Practice and Procedure


PUBLISHED June 20, 2003

Where the appellant had a first instance conviction in Holland the judge had been correct to permit him, if he wished, to mention his character but with a reference to the conviction. It was the appellant's choice to say nothing and since there was no evidence of good character, no direction was required from the judge about it. The proper sentence was 10 years imprisonment and 12 years was manifestly excessive.Appeal by the appellant ('D') against conviction and sentence in the Crown Court for conspiracy to deal with the proceeds of drug trafficking or criminal conduct and for a further offence of attempting to remove the proceeds of drug trafficking. D had travelled to the United Kingdom on a number of occasions to collect substantial quantities of cash, which the Crown alleged was generated by a drugs conspiracy. He was arrested at Heathrow airport when he was found to be in possession of cases containing over ?500,000 in cash. His defence was that he was a legitimate businessman and had no connection with any drugs conspiracy. When D was interviewed following his arrest he chose not to answer questions. At trial his reasons for this were that: (i) his solicitor had told him that he had a choice whether to answer everything or nothing, so he chose not to say anything; and (ii) he had not appreciated the significance of the caution. During the trial it emerged that although D had no convictions in this country he did have a conviction in Holland for money laundering which because of a different procedure did not count yet as a conviction. The judge ruled that to give a good character direction when it was known that D was the subject of a first instance conviction would be misleading to the jury. and the conviction needed to be mentioned if D's good character was brought up. This resulted in the defence making no reference to character at all. D was convicted and sentenced to concurrent terms of 12 years imprisonment. The grounds of appeal were that: (a) the judge was wrong in declining to allow D to be presented as a man of good character without qualification; (b) the judge should have given a full good character direction or in the alternative a good character direction restricted to its relevance to credibility; (c) the judge had given inadequate directions as to inferences that could be drawn from D's failure to answer certain questions; and (d) the sentence imposed was manifestly excessive.HELD: (1) Whether or not the finding of the Dutch court was a "conviction" it came within the broader category of matters about which questions could properly have been permitted both as a to finding of guilt and as to the underlying facts. D was properly afforded the opportunity to choose whether to say nothing, or whether to give the jury information that would not mislead them but would minimise any prejudice he might suffer. It was D's choice to say nothing and since there was no evidence of good character, no direction was required from the judge about it. (2) The jury would have understood from the judge's direction regarding inferences that it was only if D had not answered the questions because he had not had a chance to prepare his story that any inference could be drawn against him. (3) It was D's choice not to answer questions and he did not rely on advice from his solicitor. The judge properly reminded the jury of this and no more was required. (4) So far as D's understanding of the caution was concerned, the judge reminded the jury of his evidence. It was for the jury to decide the truth or otherwise of his assertion that he did not appreciate the significance of what had been said to him. There was no reason to doubt the safety of the convictions, the evidence was overwhelming. (4) The proper sentence was 10 years imprisonment and 12 years was manifestly excessive. The sum found on D showed that although he had been dealing in significant sums, they were not on the same scale as in R v Sabharmal (2001) 2 Cr App R (S) 81. In that case the appellant also received 12 years but the sums involved were many times greater, in excess of £50 million.Appeal against conviction dismissed. Appeal against sentence allowed and concurrent sentences of 10 years imprisonment substituted on each count.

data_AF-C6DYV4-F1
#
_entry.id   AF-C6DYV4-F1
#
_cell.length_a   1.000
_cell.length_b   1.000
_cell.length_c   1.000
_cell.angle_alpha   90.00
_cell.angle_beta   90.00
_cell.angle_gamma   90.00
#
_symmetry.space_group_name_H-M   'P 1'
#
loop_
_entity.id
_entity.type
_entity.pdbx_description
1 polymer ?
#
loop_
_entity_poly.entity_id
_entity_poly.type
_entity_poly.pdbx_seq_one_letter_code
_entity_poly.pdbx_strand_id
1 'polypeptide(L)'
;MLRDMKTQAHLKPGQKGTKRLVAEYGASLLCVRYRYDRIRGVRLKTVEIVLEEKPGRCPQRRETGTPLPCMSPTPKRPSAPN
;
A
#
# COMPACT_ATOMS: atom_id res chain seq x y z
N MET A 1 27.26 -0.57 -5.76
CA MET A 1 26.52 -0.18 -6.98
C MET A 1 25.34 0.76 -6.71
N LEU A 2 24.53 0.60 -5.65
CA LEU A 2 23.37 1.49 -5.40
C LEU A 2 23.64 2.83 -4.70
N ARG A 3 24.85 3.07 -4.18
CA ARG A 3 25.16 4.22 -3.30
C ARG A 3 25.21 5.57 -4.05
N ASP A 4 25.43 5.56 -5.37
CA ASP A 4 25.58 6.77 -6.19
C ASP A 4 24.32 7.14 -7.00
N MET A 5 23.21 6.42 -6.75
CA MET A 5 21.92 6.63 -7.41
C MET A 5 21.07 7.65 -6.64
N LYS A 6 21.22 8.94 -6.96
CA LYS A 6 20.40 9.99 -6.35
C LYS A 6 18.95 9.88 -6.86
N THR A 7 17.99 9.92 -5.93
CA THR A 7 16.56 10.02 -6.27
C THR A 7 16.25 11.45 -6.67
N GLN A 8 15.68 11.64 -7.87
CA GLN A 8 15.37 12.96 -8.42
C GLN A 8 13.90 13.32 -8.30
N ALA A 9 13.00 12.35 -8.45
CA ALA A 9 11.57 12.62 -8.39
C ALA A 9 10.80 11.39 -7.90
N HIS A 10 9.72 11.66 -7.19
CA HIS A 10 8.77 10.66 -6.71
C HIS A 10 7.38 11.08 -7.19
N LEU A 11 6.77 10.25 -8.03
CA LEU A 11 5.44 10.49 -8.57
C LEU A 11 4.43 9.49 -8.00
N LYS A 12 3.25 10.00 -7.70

[2003] EWCA Crim 1767